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Legal Updates from KLO

What does the new recreational marijuana law mean for educators and employers in Montana?

Posted on November 23, 2020

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By: Lily Crespo Esq.

What happened? On November 4, 2020, Montana voters approved two ballot measures legalizing the recreational use of marijuana. Adults will be able to use, possess and cultivate cannabis starting January 1, 2021 under the approved measure. That same day, regulators could begin accepting license applications for marijuana retailers.

This did not alter federal law! Of important note to educators and employers, federal law still prohibits marijuana use on school grounds. While recreational marijuana use is now legal in Montana, possessing, using, distributing, and selling marijuana is a federal crime.

Now for a quick look at the new recreational marijuana law…

  1. What is it called? There were two measures on the ballot that needed to pass.
    • I-190 provides a regulatory framework to legalize and tax non-medicinal marijuana sales.
    • CI-118 amended Montana’s Constitution to let the state set the legal age for purchasing marijuana at 21 instead of 18. Both measures passed. With 94% of Montana precincts reporting as of Wednesday morning, I-190 was approved by a 57-43 margin, according to AP. CI-118 passed by a 58-42 margin. Both measures were passed by voters.
  2. What does it allow? The legalization program is similar to the system currently used by the Montana Department of Health and Human Services to regulate medical marijuana.
    • A 20% tax would be levied on recreational marijuana sales, with revenues split between public land upkeep, drug treatment programs, marijuana regulation enforcement and other uses.
    • Click here for the full ballot language

What does this new law mean for schools and employers? Federal law still completely prohibits the use of marijuana on school grounds. The new STATE law does not change this. The new law contains a number of provisions of special interest to schools and employers…

  • The use of recreational marijuana is not allowed on school grounds.
    • Section 16. Limitations of act. (1) [sections 1 through 36] do not permit marijuana (i) on the grounds of any property owned or leased by a school district, a public or private preschool, school, or postsecondary school as defined in 20-5-402; OR (ii) in a school bus.

  • The new law does not require employers to suddenly start allowing the recreational use of marijuana.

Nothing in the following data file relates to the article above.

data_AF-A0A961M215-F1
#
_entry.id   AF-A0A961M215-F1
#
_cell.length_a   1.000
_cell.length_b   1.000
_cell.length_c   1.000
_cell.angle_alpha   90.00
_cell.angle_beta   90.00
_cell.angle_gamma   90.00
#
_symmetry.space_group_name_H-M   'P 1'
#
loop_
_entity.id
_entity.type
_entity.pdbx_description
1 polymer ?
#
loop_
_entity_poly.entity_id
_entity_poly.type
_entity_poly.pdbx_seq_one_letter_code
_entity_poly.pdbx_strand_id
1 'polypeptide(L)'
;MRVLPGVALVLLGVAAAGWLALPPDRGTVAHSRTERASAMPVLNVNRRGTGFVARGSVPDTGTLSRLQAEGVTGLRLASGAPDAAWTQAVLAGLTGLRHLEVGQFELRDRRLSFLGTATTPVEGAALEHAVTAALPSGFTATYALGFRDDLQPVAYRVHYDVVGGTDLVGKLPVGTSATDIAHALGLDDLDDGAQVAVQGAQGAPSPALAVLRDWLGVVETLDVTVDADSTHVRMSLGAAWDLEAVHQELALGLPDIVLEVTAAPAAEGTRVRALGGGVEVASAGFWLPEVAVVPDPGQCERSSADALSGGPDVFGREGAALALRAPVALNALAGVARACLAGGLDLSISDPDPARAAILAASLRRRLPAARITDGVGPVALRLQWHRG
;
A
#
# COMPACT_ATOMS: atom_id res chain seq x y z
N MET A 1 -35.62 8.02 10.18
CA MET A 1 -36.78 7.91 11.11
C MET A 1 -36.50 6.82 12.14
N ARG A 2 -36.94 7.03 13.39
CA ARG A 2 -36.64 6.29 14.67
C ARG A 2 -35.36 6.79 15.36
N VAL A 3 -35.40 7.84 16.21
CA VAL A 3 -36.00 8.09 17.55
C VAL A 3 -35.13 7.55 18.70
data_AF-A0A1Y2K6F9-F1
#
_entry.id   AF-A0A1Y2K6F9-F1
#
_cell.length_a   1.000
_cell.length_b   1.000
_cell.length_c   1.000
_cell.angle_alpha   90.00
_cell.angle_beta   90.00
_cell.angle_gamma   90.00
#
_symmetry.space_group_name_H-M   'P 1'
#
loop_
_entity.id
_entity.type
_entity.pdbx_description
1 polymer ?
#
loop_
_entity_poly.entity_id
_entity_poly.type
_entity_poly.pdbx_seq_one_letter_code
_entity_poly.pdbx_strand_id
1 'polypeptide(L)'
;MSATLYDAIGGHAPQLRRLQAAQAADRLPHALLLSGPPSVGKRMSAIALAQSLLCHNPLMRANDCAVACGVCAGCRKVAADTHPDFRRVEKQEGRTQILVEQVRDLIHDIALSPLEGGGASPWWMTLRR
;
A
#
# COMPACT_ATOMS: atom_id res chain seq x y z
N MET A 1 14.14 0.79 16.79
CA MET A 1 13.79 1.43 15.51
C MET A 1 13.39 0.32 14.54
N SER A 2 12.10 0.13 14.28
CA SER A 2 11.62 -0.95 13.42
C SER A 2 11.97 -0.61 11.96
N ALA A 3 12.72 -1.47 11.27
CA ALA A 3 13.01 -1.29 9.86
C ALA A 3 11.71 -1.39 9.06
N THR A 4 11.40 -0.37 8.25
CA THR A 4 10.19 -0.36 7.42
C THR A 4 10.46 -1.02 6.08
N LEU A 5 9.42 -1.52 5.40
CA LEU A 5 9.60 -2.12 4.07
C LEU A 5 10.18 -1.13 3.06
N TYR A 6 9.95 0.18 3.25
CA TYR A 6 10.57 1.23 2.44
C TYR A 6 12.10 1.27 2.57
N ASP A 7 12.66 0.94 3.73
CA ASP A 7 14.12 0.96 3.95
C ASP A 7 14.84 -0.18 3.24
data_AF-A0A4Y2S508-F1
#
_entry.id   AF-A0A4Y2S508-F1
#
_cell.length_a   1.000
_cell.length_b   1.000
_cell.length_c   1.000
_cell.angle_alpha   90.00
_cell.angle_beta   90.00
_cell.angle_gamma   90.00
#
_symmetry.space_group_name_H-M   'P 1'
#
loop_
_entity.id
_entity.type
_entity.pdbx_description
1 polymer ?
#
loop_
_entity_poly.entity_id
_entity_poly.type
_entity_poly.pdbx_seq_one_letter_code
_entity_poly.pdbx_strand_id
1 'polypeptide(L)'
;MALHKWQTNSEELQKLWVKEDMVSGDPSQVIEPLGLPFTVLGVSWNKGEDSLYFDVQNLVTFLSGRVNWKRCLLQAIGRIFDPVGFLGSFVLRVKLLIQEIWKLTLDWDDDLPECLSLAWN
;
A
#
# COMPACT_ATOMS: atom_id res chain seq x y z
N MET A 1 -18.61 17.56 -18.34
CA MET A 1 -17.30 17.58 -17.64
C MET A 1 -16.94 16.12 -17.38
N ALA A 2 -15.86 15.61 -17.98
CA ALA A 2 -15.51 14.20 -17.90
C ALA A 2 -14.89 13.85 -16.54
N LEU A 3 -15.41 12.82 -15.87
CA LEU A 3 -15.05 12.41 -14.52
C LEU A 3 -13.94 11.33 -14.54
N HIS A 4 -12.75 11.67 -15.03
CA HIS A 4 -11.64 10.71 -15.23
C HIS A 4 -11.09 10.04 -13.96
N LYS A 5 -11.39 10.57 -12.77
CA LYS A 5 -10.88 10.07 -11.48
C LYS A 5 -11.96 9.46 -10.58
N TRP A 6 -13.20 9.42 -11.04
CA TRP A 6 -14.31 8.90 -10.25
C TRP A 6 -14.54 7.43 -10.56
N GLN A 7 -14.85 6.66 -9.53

• Nothing in [sections 1 through 36] may be construed to: (a) require an employer to permit or accommodate conduct otherwise allowed by [sections 1 through 36] in any workplace or on the employer’s property;(b) prohibit an employer from disciplining an employee for violation of a workplace drug policy or for working while intoxicated by marijuana; (c) prevent an employer from declining to hire, discharging, disciplining, or otherwise taking an adverse employment action against an individual with respect to hire, tenure, terms, conditions, or privileges of employment because of the individual’s violation of a workplace drug policy or intoxication by marijuana while working.

  • Finally, the new law specifically gives grounds to the reviewing board to deny the license of a marijuana dispensary if they propose to establish their business near a school.
    • “within 500 feet of and on the same street as a building used exclusively as a church, synagogue, or other place of worship or as a school or postsecondary school other than a commercially operated school, unless the locality allows for a reduced distance. This distance must be measured in a straight line from the center of the nearest entrance of the place of worship or school to the nearest entrance of the licensee’s premises.”

Two important takeaways

  1. For schools: The requested use of medical marijuana/CBD oil for students with disabilities (those with Section 504 or IEP plans) would have to be considered on a case by case basis with the assistance of legal counsel.
  2. For employers: If you have an employee with a disability who is requesting the use of marijuana or CBD oil as a medical aid, contact legal counsel.

As you consider these and other issues, we recommend you speak with your school lawyer or contact Bea, Kevin, Megan, Beth, and Lily by email or at 406-542-1300 to discuss these issues.

Kaleva Law

At Kaleva Law Office you receive the experienced, practical advice of a large firm with the responsive, efficient, top-notch support of a small firm. We take care of the legal questions so you can focus on education.

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